HEAT LOSE FOR FIRST TIME SINCE DEC. 12
BY GEORGE RICHARDS
AUBURN HILLS, Mich. -- Miami was missing Dwyane Wade as everyone knew but that hasn't been a problem so far this season.
It was on Friday night, however, as the Pistons were on fire for the final three quarters and rolled to a 109-99 win at the Palace.
Yes, the Pistons finally beat someone other than the Washington Wizards for the first time since Dec. 8 as they held a double-digit lead for much of the second half.
The Heat shot close to 52 percent from the field; problem was, Detroit shot 58 as the Pistons became the first team to crack 100 on Miami since the Knicks did it earlier this month.
"You would think on the road if you shot 51 percent and score 99 points, you are putting yourself in position to win,'' said coach Erik Spoelstra.
"But it wasn't even really close.''
-- Miami had tied a season-high with six straight wins as it hadn't lost since
Dec. 12 against Golden State.
Detroit lost seven of nine coming in -- with both wins coming against Washington.
The Pistons' non-Wizards win came in Cleveland three weeks ago.
-- Miami looked unstoppable against this Detroit team in the first quarter.
The Heat then forgot to play D and didn't get much out of players other than those named LeBron James (35 points, six rebounds, five assists) or Chris Bosh (28, nine boards).
James and Bosh were the only two Miami players to reach double-digits in scoring.
Ray Allen ended with nine points after scoring just one in the first half.
Detroit had six players in double digits.
"We're a team that wants to be whole every night and we were missing a big piece,'' James said of Wade. "Guys have to step up and we didn't have enough defensively.''
Said Spoelstra: "Shoot, I would love to sit up here and talk about offense. But the way they were lighting us up, that wasn't an issue. We had open looks.''
-- Detroit trailed 32-17 after the first 12 minutes but scored 41 points in the second quarter.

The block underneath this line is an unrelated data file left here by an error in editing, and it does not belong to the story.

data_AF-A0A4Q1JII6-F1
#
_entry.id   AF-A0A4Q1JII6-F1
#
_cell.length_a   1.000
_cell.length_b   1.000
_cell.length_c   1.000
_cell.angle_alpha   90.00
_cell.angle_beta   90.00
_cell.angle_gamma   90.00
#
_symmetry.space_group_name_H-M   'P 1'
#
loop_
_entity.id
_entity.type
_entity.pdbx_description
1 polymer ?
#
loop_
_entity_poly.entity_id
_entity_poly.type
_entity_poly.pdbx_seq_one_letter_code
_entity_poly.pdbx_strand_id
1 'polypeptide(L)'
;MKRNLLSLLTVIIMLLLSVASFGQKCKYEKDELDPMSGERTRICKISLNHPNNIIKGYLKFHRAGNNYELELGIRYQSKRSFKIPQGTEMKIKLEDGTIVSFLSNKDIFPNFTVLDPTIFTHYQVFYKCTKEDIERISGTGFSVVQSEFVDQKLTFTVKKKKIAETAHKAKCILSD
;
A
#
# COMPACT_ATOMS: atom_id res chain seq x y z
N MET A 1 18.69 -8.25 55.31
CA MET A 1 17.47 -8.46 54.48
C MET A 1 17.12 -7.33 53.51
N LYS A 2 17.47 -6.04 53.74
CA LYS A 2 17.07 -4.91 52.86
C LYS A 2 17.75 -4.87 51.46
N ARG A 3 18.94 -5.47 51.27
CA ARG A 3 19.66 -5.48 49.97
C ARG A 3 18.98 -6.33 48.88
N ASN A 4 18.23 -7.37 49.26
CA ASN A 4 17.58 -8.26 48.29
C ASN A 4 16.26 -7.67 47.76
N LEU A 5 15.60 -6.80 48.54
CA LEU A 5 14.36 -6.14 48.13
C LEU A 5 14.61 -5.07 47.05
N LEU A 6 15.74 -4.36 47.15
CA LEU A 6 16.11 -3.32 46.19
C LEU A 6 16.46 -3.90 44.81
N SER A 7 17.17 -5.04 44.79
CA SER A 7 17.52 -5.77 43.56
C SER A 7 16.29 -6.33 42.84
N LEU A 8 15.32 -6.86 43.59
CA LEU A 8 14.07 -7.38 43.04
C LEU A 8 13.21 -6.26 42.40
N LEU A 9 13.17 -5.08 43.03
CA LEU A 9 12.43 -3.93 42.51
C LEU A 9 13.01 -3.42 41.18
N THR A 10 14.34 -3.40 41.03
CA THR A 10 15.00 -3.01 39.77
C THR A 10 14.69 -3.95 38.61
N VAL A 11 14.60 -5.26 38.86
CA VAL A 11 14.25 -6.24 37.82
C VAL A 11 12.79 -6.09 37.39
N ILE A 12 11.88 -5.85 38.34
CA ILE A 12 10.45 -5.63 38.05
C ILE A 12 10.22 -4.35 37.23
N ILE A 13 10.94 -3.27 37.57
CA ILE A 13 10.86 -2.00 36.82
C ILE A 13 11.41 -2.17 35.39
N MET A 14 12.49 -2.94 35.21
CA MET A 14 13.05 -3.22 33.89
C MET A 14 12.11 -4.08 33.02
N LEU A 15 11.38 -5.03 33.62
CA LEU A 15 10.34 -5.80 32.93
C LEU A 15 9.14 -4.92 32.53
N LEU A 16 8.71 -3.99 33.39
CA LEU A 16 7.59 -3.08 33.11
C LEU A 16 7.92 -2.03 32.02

The Pistons led Miami by six at the half.
The Heat didn't respond and missed its first five shots of the third as Detroit opened things up to 15 points.
Miami didn't get its first points of the second half until James drained a 3-pointer from 25 feet out.
-- Detroit outscored Miami 64-39 in the second and third quarters with most of the scoring coming from reserves.
While Detroit's bench scored 65 points (60 percent of the Pistons' output), Miami got just 20 points (20 percent) from its bench.
"They have guys who want to play,'' Bosh said. "Give credit to them. They played well on offense and we missed shots we usually make. That took some of our wind out as well.'
-- Miami closed to within 10 heading into the fourth after James sank a long baseline jumper on the final possession of the third after pushing Tayshawn Prince out of the way.
James and Allen -- who missed his first five from the field after missing Wednesday's game with a shoulder injury -- scored the opening six points of the fourth to quiet the full house out in the Detroit suburbs.
Well, for just a bit.
The Pistons answered the James/Allen 8-0 run with a 7-0 run of their own, one fueled by a follow-up dunk by Charlie Villanueva.
"It all dissolved in the second quarter when they got off to that great start,'' said Bosh, whose team hadn't surrendered 100 points since the Knicks got 112 on Dec. 6.
"We pretty much dug a hole we couldn't get out of. They got into a rhythm, their guys were hitting shots. .-.-. We just couldn't stop them.''